Food and cocktail pairing

Pairing to Perfection

Both fruit acidity and sweetness were sneaking inside the Talisker waves without smoothing its marine strength.

We celebrate the growing trend for the flavour-pairing of cocktails alongside food. World Class ambassador Max La Rocca kicks off with an exciting new pairing; Zacapa brand ambassador Daniel Dove explains the incredible array of flavours that allow Zacapa to be served alongside dishes throughout a meal, and Reserve brand ambassador Fabrizio Fischione examines how you can even match vegan food with Talisker 10 Year Old.

Do you remember New York’s trend of Bar and Books, or the nail bars that spread all over the world – where customers could have a pedicure with a drink? Well now we’re seeing the rise of a new trend: that of combining cocktails with food.

People are becoming increasingly aware that they can enjoy new flavours not only with a good meal and a glass of wine, but also by pairing food with drinks that intensify, match or contrast with their meal. For example, in Barcelona, there’s Makamaka, a bar that pairs mini-burgers with cocktails – and in Paris, Grazie pizzeria matches amazing drinks with their pizza selections.

Normally, when a group of friends dine out, they order different dishes – and, very rarely, will a bottle of the same wine work with every dish ordered. So by choosing drinks that complement your meal, you can really enhance the dining experience.

Oysters and carrots by Max La Rocca

I tend to use cookbooks as an amazing resource for creating cocktails, and also to source innovative ideas for developing food pairings. I decided to experiment with ingredients, which, if taken one-by-one, can create famous culinary combos – and then I expanded this combination to create brand new ingredient pairings. My initial combinations were carrots with oysters, carrots with whisky and carrots with cardamom. Then I tried oysters with whisky, oysters with stout. Then cardamom with lime and cardamom with oysters. Then it was lime with egg white and lime with oysters. And finally, I paired egg white with sugar and egg white with crème fraîche. These resulted in the following cocktail that after my testing I paired with a dish of carrot and cardamom-infused oysters with lime crème fraîche and chives.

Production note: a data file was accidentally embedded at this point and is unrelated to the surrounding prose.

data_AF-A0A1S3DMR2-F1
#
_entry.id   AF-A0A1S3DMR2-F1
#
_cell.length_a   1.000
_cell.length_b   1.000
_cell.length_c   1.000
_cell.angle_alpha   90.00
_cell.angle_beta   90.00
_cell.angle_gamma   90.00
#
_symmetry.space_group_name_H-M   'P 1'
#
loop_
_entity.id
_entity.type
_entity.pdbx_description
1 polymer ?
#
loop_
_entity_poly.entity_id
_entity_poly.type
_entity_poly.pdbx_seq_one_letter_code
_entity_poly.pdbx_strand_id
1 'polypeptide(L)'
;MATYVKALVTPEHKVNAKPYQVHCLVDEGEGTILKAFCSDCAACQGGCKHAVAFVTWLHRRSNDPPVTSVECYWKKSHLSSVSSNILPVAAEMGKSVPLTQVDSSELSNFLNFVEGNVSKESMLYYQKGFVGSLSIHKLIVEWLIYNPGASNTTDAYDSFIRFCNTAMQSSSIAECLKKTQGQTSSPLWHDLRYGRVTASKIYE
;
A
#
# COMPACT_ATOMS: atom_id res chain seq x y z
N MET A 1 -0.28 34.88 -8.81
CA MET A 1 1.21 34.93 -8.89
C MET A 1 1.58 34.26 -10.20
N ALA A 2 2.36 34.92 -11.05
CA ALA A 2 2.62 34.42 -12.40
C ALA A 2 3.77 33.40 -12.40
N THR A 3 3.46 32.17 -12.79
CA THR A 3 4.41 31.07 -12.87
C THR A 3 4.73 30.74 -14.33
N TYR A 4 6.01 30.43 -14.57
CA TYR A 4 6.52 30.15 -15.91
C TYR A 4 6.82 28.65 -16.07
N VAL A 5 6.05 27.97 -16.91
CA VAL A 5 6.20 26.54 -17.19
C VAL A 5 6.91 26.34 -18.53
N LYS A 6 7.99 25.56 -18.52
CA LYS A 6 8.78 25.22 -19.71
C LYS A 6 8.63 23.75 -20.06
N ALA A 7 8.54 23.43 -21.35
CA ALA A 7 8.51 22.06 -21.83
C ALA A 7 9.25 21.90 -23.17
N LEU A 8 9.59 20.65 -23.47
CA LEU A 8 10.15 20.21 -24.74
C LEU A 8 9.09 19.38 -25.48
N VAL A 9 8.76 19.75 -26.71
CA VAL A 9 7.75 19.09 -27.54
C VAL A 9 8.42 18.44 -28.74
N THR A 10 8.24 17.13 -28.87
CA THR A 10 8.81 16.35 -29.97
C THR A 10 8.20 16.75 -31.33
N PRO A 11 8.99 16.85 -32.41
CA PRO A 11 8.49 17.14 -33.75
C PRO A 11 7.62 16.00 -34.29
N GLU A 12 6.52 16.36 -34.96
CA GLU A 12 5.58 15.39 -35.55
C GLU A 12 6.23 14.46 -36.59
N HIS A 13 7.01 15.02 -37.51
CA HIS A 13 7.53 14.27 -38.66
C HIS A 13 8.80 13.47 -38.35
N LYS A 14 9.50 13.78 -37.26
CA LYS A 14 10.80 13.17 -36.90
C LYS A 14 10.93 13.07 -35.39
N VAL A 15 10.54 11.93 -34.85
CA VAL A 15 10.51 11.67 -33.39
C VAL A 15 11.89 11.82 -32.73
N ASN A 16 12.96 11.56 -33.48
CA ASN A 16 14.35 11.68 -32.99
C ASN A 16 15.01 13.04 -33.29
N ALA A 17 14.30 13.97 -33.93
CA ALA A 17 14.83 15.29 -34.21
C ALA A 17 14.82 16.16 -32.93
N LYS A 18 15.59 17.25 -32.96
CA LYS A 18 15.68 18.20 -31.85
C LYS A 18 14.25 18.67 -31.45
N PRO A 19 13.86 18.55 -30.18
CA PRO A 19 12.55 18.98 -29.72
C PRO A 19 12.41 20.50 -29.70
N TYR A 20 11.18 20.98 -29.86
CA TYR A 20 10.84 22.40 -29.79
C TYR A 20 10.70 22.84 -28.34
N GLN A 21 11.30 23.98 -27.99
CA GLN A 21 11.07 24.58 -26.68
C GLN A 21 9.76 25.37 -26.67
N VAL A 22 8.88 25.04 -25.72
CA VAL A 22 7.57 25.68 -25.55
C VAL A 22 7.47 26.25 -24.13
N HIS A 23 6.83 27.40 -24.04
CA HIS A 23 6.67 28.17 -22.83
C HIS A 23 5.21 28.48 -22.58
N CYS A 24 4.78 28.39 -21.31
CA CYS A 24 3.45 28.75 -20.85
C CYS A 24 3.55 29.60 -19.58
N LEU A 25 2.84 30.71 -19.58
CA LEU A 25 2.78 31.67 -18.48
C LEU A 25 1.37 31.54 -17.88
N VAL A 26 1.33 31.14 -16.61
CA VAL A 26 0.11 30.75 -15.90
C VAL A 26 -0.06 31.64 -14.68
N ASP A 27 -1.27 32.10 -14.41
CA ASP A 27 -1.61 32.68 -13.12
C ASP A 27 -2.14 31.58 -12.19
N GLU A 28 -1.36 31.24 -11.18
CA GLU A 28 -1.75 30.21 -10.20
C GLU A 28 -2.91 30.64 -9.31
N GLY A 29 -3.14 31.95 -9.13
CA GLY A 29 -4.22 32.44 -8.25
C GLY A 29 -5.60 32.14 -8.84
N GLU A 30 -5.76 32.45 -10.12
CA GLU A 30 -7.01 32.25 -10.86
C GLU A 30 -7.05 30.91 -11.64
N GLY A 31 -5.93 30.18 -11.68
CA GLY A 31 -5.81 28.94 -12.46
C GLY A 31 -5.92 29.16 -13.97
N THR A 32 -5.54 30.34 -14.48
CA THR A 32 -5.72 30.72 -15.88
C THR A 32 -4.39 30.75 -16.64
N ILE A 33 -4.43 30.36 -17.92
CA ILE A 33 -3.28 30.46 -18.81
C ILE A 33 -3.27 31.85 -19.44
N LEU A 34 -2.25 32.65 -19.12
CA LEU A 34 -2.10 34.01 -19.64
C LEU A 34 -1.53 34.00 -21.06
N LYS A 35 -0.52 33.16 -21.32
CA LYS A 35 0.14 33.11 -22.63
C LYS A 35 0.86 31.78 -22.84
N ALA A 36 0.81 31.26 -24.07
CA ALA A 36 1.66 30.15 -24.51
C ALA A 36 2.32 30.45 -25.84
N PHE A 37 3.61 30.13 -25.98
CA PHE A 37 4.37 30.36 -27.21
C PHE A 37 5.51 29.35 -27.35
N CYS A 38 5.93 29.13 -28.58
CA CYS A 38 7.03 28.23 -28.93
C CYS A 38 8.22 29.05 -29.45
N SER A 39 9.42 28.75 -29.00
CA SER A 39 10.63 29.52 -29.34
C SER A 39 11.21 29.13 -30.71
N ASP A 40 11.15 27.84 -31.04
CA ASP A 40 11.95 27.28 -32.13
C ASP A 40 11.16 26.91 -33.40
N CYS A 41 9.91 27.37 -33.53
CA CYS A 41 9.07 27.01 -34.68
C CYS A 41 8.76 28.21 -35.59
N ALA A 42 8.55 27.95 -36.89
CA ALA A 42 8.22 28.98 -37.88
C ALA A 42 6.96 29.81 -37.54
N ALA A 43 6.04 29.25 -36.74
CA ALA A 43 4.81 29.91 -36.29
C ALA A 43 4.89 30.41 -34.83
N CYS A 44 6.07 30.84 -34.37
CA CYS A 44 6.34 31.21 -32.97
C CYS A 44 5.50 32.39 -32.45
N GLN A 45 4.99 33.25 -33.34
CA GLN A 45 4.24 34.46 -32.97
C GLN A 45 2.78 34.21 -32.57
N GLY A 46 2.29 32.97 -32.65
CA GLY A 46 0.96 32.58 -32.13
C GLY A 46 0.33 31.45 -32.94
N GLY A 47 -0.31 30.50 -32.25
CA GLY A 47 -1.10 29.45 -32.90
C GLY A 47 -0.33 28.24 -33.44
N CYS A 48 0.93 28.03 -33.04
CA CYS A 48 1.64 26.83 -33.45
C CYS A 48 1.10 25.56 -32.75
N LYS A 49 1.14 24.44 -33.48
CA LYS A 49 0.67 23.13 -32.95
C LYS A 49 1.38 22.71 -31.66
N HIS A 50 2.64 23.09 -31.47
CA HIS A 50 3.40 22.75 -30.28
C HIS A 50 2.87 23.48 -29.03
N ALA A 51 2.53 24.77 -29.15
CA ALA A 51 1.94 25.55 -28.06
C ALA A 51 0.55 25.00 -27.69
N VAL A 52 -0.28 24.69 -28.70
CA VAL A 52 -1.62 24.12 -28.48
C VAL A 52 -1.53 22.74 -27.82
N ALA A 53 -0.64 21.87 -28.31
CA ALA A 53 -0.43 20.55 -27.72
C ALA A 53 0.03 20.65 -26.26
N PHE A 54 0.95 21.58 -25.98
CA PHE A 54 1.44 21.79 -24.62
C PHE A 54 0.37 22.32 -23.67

The Giants’ Gate by Max La Rocca
13.g alcohol

40ml Singleton of Dufftown
10ml Lime Juice
20ml Sugar Syrup (1 to 1)
20ml Guinness Stout
15ml Egg White
5/6 Cardamom Pods
Singleton-infused raisins for garnish

Warmth and gentle bitterness

This drink combines the baked-apples and toasted-nuts hints of Singleton with the toasted and chocolatey flavours of Guinness, both enhanced by the freshness of the cardamom. It’s best to eat the skewed raisins while sipping the drink, in order to experience the amazing burst of flavours.

The warmth of the whisky and the gentle bitterness of the Guinness balance beautifully with the strong saline flavour of the oysters. Meanwhile, the spiciness of the cardamom cuts through the sweetness of the carrots used for the oysters.

The lime in the cocktail works perfectly with both the oysters and the crème fraîche, and the egg white enhances the mouthfeelmouth feel of the drink, making for a smoother transition between the food and the cocktail itself. Overall, this is an amazing match that will create an exceptional experience for guests.

I used The Flavor Bible: The Essential Guide to Culinary Creativity, Based on the Wisdom of America's Most Imaginative Chefs. And what a fantastic book this is! It’s full of great ideas to enhance your understanding of how ingredients work together and, as a result, create amazing cocktail pairings! There are thousands of ingredients and their flavour affinities, plus a little section on spirits as well.

So why not start experimenting and unleash some new flavour combinations of your own?

Zacapa is made for matching

Next, Daniel Dove explores the potential for food pairing that the array of delicious, complex flavours in Zacapa opens up.

Food pairing has become synonymous with the use of wines over the past 15 years. More recently, though, spirits and cocktails have entered the spotlight and have made an enormous impact on the food pairing concept. Rum and, more specifically, Zacapa, has such a broad range of uses that we have been able to create an amazing portfolio of pairings; ranging from basic chocolate and cheeses to braised meats and cured fish.